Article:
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Abstract

This paper summarizes research examining how privatization programs implemented by governments over the past three decades have changed the size and efficiency of global financial markets, altered the practice of corporate finance in economies that experienced large privatizations, and impacted the returns earned by individual investors who purchased stock in a privatized company. I show how sales programs have changed during the three historical eras of privatization, describe the principal methods that governments use to sell state-owned enterprises (SOEs) to private investors, and examine how governments choose between selling SOEs directly to existing operating companies or investor groups through direct sales (asset sales) and selling stock to investors through share issue privatizations (SIPs). I document and examine the role privatization has played in increasing the total market capitalization of global stock exchanges from $3.2 trillion in 1983 to over $62 trillion in 2007. I show that investors have benefited from purchasing SIP shares, both in the short and long term, and attempt to answer the critical question: What do governments have left to sell?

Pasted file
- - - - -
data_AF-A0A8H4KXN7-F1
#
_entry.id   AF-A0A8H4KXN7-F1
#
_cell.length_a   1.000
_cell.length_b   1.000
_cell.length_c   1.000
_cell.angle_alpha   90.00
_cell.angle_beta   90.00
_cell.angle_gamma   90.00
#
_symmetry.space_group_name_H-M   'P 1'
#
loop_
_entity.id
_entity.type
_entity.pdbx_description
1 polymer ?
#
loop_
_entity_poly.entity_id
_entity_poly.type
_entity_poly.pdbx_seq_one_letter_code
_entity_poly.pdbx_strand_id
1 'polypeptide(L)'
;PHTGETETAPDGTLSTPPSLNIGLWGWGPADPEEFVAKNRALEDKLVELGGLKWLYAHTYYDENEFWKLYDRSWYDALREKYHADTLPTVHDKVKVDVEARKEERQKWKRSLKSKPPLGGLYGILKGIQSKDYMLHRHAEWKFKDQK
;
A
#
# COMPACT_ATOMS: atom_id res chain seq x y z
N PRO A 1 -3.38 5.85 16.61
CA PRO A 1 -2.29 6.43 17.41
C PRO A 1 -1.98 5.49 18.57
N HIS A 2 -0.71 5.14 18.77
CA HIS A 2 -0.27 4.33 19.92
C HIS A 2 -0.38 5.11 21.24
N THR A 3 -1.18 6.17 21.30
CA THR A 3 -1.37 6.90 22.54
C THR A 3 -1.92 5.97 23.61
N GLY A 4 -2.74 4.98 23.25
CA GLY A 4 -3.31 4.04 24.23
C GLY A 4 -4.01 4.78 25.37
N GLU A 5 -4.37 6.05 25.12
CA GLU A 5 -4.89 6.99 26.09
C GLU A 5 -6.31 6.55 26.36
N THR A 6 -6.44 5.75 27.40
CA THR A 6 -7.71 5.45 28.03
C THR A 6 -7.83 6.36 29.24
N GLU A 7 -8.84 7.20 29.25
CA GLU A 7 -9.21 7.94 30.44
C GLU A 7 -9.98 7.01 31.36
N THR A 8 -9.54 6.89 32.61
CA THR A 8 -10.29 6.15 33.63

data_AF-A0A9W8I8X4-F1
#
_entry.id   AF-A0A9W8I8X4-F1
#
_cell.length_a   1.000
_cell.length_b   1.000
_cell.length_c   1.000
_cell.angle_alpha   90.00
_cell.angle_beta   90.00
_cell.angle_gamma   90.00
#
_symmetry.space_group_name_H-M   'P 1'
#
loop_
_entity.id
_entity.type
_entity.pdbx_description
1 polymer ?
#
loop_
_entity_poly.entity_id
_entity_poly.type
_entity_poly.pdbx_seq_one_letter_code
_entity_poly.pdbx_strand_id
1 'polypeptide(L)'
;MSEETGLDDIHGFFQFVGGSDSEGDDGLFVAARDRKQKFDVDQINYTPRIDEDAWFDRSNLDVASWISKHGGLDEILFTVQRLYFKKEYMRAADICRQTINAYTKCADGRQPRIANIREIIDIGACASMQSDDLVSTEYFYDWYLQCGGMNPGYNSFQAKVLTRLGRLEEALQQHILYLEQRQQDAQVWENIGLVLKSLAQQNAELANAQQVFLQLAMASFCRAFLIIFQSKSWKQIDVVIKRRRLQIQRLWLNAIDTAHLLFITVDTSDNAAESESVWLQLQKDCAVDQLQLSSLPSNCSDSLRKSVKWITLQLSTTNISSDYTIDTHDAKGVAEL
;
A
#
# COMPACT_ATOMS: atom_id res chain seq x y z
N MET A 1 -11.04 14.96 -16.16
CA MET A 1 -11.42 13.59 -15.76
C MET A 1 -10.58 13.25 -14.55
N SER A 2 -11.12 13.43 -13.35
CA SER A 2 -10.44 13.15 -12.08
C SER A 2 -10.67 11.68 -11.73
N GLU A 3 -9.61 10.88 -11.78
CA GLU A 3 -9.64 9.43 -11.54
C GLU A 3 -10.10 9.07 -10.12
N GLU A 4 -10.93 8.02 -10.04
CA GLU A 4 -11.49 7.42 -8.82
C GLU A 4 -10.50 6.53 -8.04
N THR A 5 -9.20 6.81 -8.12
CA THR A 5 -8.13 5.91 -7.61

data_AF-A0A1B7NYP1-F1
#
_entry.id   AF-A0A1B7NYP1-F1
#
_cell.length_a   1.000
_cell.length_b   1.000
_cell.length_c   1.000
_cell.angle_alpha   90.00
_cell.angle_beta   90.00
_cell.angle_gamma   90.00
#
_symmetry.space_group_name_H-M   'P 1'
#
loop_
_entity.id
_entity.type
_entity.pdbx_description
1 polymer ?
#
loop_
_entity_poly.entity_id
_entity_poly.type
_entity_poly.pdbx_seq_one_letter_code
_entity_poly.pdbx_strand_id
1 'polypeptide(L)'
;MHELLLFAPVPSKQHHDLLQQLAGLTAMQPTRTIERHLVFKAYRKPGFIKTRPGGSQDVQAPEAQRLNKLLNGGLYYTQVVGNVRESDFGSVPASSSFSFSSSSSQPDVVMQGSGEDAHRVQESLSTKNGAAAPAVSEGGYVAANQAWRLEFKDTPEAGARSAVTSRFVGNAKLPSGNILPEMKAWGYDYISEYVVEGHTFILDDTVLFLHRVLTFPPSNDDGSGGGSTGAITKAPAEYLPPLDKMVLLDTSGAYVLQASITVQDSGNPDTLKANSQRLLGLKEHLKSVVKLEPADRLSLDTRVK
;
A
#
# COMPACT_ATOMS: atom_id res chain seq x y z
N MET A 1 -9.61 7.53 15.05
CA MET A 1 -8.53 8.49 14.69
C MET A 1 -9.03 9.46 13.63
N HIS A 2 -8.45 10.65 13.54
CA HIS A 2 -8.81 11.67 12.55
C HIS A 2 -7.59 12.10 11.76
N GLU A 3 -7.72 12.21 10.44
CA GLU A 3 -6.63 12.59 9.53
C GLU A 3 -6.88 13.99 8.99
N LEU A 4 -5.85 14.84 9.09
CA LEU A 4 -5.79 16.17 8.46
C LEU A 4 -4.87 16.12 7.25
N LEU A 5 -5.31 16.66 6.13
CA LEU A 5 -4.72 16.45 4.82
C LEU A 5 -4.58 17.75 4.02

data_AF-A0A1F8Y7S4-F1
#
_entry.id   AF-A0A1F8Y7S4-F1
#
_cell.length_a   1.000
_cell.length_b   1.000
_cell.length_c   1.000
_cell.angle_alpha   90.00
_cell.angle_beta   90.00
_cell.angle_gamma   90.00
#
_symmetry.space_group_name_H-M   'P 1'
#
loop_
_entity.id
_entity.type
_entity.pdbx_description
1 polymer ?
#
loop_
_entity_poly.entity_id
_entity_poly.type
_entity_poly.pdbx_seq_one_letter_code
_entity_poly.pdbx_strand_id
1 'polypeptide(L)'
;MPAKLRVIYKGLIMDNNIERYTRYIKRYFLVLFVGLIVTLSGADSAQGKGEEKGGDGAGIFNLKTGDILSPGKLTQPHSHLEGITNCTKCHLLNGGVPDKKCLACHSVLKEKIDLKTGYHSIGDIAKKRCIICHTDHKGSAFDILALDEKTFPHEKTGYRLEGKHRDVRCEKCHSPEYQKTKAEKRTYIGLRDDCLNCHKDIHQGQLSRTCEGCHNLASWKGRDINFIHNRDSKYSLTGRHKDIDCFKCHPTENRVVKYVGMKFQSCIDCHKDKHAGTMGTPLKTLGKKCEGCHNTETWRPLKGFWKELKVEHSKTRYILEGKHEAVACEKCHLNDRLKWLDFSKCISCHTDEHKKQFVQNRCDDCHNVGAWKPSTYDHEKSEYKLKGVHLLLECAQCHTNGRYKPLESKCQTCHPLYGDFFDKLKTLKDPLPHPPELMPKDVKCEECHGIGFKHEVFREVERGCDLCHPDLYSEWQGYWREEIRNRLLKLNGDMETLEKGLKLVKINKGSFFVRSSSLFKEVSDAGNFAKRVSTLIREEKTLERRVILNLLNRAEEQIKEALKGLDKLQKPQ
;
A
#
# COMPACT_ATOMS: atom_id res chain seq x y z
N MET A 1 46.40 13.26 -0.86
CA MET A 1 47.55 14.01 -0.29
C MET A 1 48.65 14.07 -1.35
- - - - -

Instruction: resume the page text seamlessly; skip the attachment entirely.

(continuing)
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/content/journals/10.1146/annurev-financial-073009-104029
2010-12-05
2024-06-21
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  • Article Type: Review Article
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